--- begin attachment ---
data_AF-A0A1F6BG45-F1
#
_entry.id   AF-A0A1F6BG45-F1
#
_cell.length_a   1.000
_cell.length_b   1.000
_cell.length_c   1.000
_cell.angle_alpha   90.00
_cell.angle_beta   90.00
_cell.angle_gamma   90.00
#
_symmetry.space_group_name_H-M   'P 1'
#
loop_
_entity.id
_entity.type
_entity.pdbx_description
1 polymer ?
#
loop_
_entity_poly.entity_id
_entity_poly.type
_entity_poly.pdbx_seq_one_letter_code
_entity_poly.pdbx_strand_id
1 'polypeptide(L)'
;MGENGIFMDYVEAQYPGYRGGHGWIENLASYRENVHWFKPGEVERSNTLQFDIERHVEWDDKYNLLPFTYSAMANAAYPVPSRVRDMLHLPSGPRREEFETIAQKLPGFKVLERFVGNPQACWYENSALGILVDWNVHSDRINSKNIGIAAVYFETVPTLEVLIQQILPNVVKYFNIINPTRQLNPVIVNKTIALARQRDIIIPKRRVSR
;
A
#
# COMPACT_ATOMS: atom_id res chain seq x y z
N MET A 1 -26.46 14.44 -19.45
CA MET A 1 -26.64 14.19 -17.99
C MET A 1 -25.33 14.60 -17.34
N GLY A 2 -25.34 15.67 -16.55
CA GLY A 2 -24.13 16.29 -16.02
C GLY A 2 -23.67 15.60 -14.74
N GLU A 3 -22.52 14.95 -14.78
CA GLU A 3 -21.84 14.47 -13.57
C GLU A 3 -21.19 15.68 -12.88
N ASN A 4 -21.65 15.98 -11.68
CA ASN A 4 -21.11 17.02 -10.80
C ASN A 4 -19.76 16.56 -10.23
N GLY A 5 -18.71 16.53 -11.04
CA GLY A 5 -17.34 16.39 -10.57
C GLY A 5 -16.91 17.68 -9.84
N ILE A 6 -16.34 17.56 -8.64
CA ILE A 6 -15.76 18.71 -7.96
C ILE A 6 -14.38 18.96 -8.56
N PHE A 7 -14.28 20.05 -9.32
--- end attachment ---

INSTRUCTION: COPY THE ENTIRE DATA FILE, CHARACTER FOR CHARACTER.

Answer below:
data_AF-A0A1F6BG45-F1
#
_entry.id   AF-A0A1F6BG45-F1
#
_cell.length_a   1.000
_cell.length_b   1.000
_cell.length_c   1.000
_cell.angle_alpha   90.00
_cell.angle_beta   90.00
_cell.angle_gamma   90.00
#
_symmetry.space_group_name_H-M   'P 1'
#
loop_
_entity.id
_entity.type
_entity.pdbx_description
1 polymer ?
#
loop_
_entity_poly.entity_id
_entity_poly.type
_entity_poly.pdbx_seq_one_letter_code
_entity_poly.pdbx_strand_id
1 'polypeptide(L)'
;MGENGIFMDYVEAQYPGYRGGHGWIENLASYRENVHWFKPGEVERSNTLQFDIERHVEWDDKYNLLPFTYSAMANAAYPVPSRVRDMLHLPSGPRREEFETIAQKLPGFKVLERFVGNPQACWYENSALGILVDWNVHSDRINSKNIGIAAVYFETVPTLEVLIQQILPNVVKYFNIINPTRQLNPVIVNKTIALARQRDIIIPKRRVSR
;
A
#
# COMPACT_ATOMS: atom_id res chain seq x y z
N MET A 1 -26.46 14.44 -19.45
CA MET A 1 -26.64 14.19 -17.99
C MET A 1 -25.33 14.60 -17.34
N GLY A 2 -25.34 15.67 -16.55
CA GLY A 2 -24.13 16.29 -16.02
C GLY A 2 -23.67 15.60 -14.74
N GLU A 3 -22.52 14.95 -14.78
CA GLU A 3 -21.84 14.47 -13.57
C GLU A 3 -21.19 15.68 -12.88
N ASN A 4 -21.65 15.98 -11.68
CA ASN A 4 -21.11 17.02 -10.80
C ASN A 4 -19.76 16.56 -10.23
N GLY A 5 -18.71 16.53 -11.04
CA GLY A 5 -17.34 16.39 -10.57
C GLY A 5 -16.91 17.68 -9.84
N ILE A 6 -16.34 17.56 -8.64
CA ILE A 6 -15.76 18.71 -7.96
C ILE A 6 -14.38 18.96 -8.56
N PHE A 7 -14.28 20.05 -9.32